Carole Nash
Content Writer
Published: 15th January 2018

Credit: https://upload.wikimedia.org/wikipedia/commons/5/51/Hustler_4_1979.jpg

Designer Of The Day looks at a famous car designer and examines the impact they’ve made on the industry. Some designers like Battista Farina are known around the world, while others are underrated. One person who fit this description was William Towns. The British designer worked on cars like the Hillman Hunter, Rover-BRM and Aston Martin Lagonda. Although not as well-known as other designers, Towns’ skill can’t be understated.

Design career

In 1954, Towns started his career at Rootes, where he started working on seats and door handles. It wasn’t long before he became involved with styling the Rootes Hillman Hunter. He moved to Rover in 1963, where he perfected his signature razor-edge styling. Towns specialised in developing angular cars that became more prominent throughout the 1960s.

Towns left Rover to join Aston Martin in 1966 and he eventually created the Aston Martin Lagonda. The car came in a ‘folded paper’ style and divided enthusiasts on whether it looked good or not. The Lagonda featured a four-cam carbureted V8 engine and leather interior. Regardless of how it divided opinions, the Lagonda was certainly a striking vehicle.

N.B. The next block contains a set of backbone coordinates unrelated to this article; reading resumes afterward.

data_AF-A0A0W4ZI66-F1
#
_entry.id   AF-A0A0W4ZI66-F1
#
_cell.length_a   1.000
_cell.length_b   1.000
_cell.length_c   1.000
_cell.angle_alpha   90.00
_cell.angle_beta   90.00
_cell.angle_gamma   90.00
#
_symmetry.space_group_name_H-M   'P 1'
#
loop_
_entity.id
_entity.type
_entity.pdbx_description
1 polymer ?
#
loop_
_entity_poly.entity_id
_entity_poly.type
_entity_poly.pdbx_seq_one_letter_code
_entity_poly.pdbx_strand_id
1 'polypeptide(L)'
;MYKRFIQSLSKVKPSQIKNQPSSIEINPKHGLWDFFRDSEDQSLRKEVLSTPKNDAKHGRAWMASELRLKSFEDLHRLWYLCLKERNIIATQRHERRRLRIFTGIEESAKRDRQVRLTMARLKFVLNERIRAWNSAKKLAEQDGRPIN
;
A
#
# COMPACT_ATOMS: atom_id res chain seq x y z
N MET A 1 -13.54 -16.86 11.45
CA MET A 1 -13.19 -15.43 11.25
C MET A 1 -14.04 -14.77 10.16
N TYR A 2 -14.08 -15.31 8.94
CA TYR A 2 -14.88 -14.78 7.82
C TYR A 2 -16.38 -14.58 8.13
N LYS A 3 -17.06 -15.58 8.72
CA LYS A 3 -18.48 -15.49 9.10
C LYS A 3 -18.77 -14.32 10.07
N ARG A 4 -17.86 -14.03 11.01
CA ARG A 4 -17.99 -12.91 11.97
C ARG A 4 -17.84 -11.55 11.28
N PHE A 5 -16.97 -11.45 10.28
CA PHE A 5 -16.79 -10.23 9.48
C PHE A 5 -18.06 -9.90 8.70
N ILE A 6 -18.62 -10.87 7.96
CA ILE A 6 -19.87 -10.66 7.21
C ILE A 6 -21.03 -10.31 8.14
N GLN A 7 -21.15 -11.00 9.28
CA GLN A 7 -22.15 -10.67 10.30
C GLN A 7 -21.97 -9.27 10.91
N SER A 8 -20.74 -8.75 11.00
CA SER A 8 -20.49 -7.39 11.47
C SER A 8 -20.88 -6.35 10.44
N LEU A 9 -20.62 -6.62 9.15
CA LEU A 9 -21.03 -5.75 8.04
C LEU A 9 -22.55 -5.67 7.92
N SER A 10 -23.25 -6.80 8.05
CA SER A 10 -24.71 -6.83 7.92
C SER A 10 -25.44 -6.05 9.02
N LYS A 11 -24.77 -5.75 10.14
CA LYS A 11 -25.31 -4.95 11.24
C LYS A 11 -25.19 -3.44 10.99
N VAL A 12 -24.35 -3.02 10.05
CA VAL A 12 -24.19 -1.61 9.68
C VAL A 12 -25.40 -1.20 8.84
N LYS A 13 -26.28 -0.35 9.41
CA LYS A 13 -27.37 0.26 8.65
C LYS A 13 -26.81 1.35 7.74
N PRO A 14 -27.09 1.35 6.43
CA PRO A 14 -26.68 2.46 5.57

Towns also developed the memorable 1980 Aston Martin Bulldog concept car. Powered by a turbocharged Aston Martin V8, the Bulldog was meant to outclass rival companies like Ferrari. However, the post-1979 recession hit Aston Martin’s sales hard and the Bulldog was never produced as a commercial vehicle.

In 1977, Towns left Aston Martin and operated as a freelance designer. During this period he worked on the Jensen-Healey, the Hustler kit-car, the Reliant SS2 and the Railton F28. The Hustler proved to be successful. Towns employed a similar style that he used with the Lagonda and Bulldog. Based on the Mini, the Hustler featured a steel framed body, glass fibre panels and flat glass windows. The Hustler came in four or six wheels, and a wooden version was introduced at the 1981 Earl’s Court Motor show.  Around 500 were made and Towns sold them through his Interstyl design studio.

Towns died at his home in Moreton-in-Marsh, Gloucestershire in 1993. He’d been battling cancer at the time. His cars were put on display at the Heritage Motor Centre in Graydon up until 2005.

Towns’ distinctive style helped him stand out in an industry where everyone was out to make a name for themselves. He was certainly among the greatest British classic car designers of all time.

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